Turkish Prime Minister Recep Tayyip Erdogan has announced that Greek Cypriots will be allowed to visit Turkey from next week for the first time in nearly 40 years.
In April, about 130,000 people crossed the Green Line in one week
Mr Erdogan called the move a gesture of good will towards the Greek Cypriot Government, which Turkey does not recognise.
"Turkey is opening its gates to all Greek Cypriots. Starting from 22 May Greek Cypriots will be allowed to enter through Turkish boundaries," he said.
The move came a month after the Turkish Cypriot leadership in the breakaway north of the island introduced a series of measures aimed at improving ties with the internationally recognised Greek Cypriot south.
We need peace, we no longer gain anything from quarrelling
Recep Tayyip Erdogan,
Turkish Prime Minister
The measures included a relaxing of travel restrictions which allowed more than 130,000 people - one tenth of Cyprus' population - to cross the UN-patrolled "Green Line".
Until now, only Greek Cypriot officials attending international forums have been allowed to visit Turkey.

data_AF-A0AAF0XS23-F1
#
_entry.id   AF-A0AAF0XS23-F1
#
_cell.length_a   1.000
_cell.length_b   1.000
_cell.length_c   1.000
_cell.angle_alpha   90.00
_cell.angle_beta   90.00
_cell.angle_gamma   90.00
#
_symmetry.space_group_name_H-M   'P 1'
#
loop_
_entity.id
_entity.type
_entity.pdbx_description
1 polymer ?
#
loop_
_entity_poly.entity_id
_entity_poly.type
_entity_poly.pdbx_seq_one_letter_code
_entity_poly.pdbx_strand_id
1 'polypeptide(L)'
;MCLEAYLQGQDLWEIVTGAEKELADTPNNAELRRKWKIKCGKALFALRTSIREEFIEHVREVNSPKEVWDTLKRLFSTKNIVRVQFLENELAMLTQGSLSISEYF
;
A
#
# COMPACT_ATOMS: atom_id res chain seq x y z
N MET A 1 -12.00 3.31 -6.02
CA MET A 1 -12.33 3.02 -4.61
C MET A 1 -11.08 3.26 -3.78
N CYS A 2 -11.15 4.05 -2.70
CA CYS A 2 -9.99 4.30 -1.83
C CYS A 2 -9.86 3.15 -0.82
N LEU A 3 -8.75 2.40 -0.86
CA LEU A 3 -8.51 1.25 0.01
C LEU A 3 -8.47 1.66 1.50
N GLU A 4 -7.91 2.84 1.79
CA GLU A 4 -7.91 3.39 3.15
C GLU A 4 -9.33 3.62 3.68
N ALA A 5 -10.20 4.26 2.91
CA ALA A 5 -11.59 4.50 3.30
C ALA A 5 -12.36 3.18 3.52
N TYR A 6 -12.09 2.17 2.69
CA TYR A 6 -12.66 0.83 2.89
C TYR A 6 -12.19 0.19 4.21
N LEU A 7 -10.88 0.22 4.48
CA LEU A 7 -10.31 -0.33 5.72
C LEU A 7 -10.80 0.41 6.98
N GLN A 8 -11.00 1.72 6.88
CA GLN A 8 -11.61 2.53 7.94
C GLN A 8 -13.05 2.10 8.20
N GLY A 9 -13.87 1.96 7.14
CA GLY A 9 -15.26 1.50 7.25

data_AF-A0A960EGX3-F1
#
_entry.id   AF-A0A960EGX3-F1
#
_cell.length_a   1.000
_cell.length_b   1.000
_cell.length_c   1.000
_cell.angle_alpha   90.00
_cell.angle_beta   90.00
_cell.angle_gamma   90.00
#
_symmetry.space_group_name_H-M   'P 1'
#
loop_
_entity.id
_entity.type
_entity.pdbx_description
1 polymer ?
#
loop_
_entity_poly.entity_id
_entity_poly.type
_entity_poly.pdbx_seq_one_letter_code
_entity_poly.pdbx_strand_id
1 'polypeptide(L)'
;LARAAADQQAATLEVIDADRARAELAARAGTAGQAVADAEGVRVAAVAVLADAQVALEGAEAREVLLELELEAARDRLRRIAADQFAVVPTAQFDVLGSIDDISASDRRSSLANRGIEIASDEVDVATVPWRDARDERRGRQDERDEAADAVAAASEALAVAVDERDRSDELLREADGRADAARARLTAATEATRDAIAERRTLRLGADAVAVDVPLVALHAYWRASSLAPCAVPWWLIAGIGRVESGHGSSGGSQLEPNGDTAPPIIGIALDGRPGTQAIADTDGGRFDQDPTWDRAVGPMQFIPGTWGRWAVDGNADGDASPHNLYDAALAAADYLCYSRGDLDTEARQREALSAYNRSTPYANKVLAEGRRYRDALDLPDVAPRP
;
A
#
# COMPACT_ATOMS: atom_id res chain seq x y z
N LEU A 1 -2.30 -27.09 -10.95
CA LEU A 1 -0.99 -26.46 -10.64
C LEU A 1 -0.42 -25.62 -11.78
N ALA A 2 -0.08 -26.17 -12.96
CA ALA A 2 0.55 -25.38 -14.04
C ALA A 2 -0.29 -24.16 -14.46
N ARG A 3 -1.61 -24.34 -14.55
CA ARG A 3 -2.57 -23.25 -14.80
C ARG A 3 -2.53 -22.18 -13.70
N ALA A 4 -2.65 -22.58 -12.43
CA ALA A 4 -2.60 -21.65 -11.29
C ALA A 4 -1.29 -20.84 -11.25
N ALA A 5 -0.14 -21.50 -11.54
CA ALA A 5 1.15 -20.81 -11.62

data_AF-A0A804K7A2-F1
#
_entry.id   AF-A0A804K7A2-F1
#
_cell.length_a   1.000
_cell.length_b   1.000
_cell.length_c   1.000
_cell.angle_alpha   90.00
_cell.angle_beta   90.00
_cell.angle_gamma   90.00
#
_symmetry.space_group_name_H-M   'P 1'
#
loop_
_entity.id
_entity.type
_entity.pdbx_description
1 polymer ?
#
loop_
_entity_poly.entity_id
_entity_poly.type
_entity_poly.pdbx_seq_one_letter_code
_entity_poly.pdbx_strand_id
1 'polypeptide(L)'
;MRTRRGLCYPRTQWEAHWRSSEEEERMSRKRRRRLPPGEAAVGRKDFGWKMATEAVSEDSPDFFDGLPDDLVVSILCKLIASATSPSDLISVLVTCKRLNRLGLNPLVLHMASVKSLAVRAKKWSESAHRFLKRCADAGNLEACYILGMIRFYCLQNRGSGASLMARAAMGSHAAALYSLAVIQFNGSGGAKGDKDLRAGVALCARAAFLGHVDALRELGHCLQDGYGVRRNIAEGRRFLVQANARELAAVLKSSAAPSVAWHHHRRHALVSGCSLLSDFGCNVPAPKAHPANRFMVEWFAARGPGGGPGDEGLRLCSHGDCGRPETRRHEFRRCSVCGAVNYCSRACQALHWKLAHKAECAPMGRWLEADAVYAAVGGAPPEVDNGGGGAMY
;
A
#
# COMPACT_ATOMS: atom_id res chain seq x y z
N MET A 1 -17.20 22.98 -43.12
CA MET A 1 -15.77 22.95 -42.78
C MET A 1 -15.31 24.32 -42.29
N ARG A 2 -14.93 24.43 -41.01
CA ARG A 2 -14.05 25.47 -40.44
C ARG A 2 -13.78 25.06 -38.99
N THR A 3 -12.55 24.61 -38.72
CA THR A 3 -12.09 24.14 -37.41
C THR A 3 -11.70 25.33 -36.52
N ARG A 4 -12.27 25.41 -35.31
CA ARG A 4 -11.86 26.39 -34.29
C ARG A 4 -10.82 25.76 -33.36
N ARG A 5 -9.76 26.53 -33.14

But Mr Erdogan said under the new measures all Greek Cypriots would be granted automatic one-month visas at the Turkish border.
Alternatively, Mr Erdogan said, they could apply for visas at the Turkish Embassy in the northern part of Cyprus.
"We need peace. We no longer gain anything from quarrelling," he said, referring to the prolonged conflict between the two communities of Cyprus, which has also poisoned relations between Turkey and Greece.
"We now expect Greece to take reciprocal steps," Mr Erdogan added.
Residents of the Turkish Cypriot part of the island - which is recognised only by Turkey - are unable to trade directly with the outside world or participate in international forums.
Last month the Greek Cypriot Government announced a series of moves to end the isolation of the north.
It said Turkish Cypriots would be able to trade in the south, and gain access to healthcare and other state benefits available to Greek Cypriots.
Cyprus has been divided since Turkish troops invaded the north in 1974, following a brief Greek Cypriot coup backed by the Greek Government.
Thousands of people displaced from their homes have never returned, and earlier this year a peace effort by the United Nations ended in failure.
The Greek Cypriots have signed the European Union accession treaty, paving the way for EU membership next year.
But EU membership will, in effect, apply only in the internationally recognised Greek part of Cyprus if the island is not unified in time for formal membership in May 2004.